Messages and mistakes: 
How language mishaps illuminate cognition
Thursday | May 12 | 12 pm - 1 pm | Bartlett 107
Language is a complex cognitive phenomenon that interfaces with perception, attention, and memory. By looking at how these factors cause language difficulty, we can gain new insight on how the mind works. The research presented here focuses on the mishaps that occur in the translation between thought and language within the domain of subject-verb number agreement production.  Even native speakers make agreement errors, producing unintended utterances like The back of my pants *ARE missing. Other agreement variations are connected with meaning, such that the appearance of a plural verb conveys information about the number of objects the speaker is referring to (compare Peanut butter and jelly... ARE on the table vs IS my favorite sandwich).  Using behavioral experiments, advanced statistics, and computational modeling, Brehm demonstrates how the sources of these variations connect with factors in language itself and from the perceptual properties of what the speaker is talking about. In doing so, she highlights the dynamic nature of online language use and showcases the importance of taking an interdisciplinary approach to social science research.
Speaker: Laurel Brehm (Northwestern University | Linguistics)
Understanding and Using Design Tools to Improve the Outcomes of Social Institutes and Mechanisms
Monday| May 16 2016 | 12 pm - 1 pm | Bartlett 107

This talk will present two studies focusing on social institutes  and mechanisms. The first study is about search advertising auction design. The second example is about crowdfunding mechanism design. The first study uses agent-based modeling to analyze how different bid information disclosure polices affect search engine revenue and efficiency of the auctions. Currently, the search engines do not provide advertisers with bid information. The study compares this no-information policy with two alternative policies, namely, partial disclosure policy and full-information policy. Partial disclosure policy provides bid statistics, while full-information policy provides all bids. The results show that information can make difference in terms of both search engine revenue and efficiency. The second study looks into a rule that deals with the donated money when a crowdfuding project only raises part of its goal amount. There are two options. A crowdfuding website can either give the money to the project creator or send the money back to the donors. The results illustrate that different options can lead to different outcomes in terms of what types of crowdfunding projects will be created on a crowdfunding website.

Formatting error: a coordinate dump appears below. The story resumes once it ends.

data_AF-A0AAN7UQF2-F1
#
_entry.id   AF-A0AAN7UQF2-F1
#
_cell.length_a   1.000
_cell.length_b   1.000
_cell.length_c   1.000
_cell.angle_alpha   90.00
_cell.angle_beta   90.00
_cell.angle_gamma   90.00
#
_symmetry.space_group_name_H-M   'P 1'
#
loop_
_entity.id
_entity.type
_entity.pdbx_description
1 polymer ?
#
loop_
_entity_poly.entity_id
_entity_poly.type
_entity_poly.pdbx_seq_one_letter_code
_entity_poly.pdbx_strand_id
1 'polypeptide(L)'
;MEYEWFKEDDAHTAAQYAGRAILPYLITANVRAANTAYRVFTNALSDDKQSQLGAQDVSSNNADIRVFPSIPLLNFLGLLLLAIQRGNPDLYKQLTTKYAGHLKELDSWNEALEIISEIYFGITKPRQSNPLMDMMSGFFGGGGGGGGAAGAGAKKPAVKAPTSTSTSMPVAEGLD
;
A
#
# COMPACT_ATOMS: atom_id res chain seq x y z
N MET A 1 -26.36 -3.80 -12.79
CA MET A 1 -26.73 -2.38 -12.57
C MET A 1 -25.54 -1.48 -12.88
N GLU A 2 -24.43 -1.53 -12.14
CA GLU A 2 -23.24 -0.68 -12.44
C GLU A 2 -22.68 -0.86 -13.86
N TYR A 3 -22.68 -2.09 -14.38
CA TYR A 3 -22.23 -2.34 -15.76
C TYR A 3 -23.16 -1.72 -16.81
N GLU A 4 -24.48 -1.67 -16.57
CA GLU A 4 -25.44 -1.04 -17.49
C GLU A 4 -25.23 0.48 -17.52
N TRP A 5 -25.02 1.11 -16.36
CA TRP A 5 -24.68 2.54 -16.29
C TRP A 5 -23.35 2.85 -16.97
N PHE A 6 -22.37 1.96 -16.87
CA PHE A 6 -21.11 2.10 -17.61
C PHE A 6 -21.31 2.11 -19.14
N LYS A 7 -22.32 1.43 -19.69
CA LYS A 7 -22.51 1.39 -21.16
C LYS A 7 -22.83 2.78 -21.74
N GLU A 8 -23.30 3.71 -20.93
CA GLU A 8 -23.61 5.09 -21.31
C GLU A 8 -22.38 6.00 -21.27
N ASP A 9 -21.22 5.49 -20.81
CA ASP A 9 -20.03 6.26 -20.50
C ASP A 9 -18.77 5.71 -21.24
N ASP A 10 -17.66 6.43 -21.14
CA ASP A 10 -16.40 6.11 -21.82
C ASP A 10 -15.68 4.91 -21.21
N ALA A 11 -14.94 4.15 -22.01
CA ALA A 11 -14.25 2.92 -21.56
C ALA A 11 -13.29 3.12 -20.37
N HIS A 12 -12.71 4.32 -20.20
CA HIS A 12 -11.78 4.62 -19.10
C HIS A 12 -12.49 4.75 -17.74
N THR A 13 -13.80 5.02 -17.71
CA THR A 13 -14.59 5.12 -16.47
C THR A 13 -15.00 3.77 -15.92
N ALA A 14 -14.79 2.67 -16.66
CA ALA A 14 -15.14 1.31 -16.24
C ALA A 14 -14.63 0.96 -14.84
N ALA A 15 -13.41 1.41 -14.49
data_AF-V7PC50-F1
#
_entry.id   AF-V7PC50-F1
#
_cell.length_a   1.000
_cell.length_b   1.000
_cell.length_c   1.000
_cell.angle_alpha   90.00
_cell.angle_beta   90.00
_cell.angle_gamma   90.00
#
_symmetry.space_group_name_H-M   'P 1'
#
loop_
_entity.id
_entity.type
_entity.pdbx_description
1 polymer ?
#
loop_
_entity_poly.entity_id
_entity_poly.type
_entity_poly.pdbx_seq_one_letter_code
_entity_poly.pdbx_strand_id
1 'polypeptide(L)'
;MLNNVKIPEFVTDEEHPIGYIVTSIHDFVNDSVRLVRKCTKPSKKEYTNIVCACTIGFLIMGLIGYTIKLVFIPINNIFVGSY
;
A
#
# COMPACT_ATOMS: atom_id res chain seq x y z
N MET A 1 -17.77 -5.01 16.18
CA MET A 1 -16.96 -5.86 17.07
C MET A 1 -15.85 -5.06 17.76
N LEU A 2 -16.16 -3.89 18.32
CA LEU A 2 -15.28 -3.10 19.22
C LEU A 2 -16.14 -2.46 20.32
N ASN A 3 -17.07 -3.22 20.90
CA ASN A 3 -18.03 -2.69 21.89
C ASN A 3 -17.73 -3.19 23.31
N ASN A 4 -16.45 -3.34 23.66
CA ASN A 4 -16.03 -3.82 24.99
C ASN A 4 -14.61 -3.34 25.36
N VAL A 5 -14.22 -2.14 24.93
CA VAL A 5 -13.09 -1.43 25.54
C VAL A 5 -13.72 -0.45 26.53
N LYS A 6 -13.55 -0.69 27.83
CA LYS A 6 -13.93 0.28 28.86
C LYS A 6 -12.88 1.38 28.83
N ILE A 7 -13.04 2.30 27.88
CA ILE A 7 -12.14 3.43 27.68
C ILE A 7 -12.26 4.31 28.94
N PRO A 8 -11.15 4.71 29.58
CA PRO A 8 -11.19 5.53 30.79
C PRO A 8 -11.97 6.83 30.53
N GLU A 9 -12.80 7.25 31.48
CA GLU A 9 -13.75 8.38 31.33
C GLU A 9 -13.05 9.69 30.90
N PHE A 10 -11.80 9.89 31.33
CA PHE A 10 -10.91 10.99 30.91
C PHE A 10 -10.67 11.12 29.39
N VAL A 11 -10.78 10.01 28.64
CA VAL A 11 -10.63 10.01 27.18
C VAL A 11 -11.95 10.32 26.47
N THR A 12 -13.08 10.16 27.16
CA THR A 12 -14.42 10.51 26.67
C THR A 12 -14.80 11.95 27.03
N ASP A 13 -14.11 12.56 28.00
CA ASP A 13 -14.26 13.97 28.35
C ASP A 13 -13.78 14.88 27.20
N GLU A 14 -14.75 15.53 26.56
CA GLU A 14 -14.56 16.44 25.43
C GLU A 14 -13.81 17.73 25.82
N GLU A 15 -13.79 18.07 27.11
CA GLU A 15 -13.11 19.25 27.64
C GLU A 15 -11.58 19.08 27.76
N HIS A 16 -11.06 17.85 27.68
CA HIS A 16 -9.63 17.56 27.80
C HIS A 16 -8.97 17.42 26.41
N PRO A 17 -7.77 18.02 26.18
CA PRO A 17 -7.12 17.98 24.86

Speaker: Wenjuan Ma (Michigan State University | Media & Information Studies) 
Should I Stay or Should I Go? The Impact of Firm Changes, Occupational Mobility and Education on Earnings, 1965-2015
Wednesday | May 18 | 12 pm - 1 pm | Bartlett 107
This presentation explores changes over time in the impact of inter-firm and occupational mobility on wage trajectories and the extent to which these reflect widening wage gaps between  levels of educational attainment. Pearlman uses a six category measure of inter-firm mobility that accounts for whether or not the firm change also involves an occupational change and whether it can be considered to be voluntary or involuntary (e.g. following a layoff or dismissal from a previous position). Using longitudinal data from three cohorts of young men (aged 18-31) from the National Longitudinal Surveys of Youth, the study examines whether the impact of the various types of firm changes on subsequent wages has changed over the past 50 years. It also focuses on whether the effects of the various types of inter-firm mobility on wages differ by educational attainment and the extent to which this has changed over time. Results suggest that wage losses resulting from job involuntary job loss have increased over time and that remaining in the same occupation post-displacement serves as a protective factor vis-a-vis wage loss. Furthermore, the impact on subsequent wage outcomes resulting from voluntary firm mobility, with or without a corresponding occupational change, is better for individuals who hold a bachelor's degree. This educational disparity has also increased over time.
Speaker: Jessica Pearlman (University of North Carolina Chapel Hill | Sociology)
ISSR Methodology Consultants and Workshops are generously supported by the   Graduate School .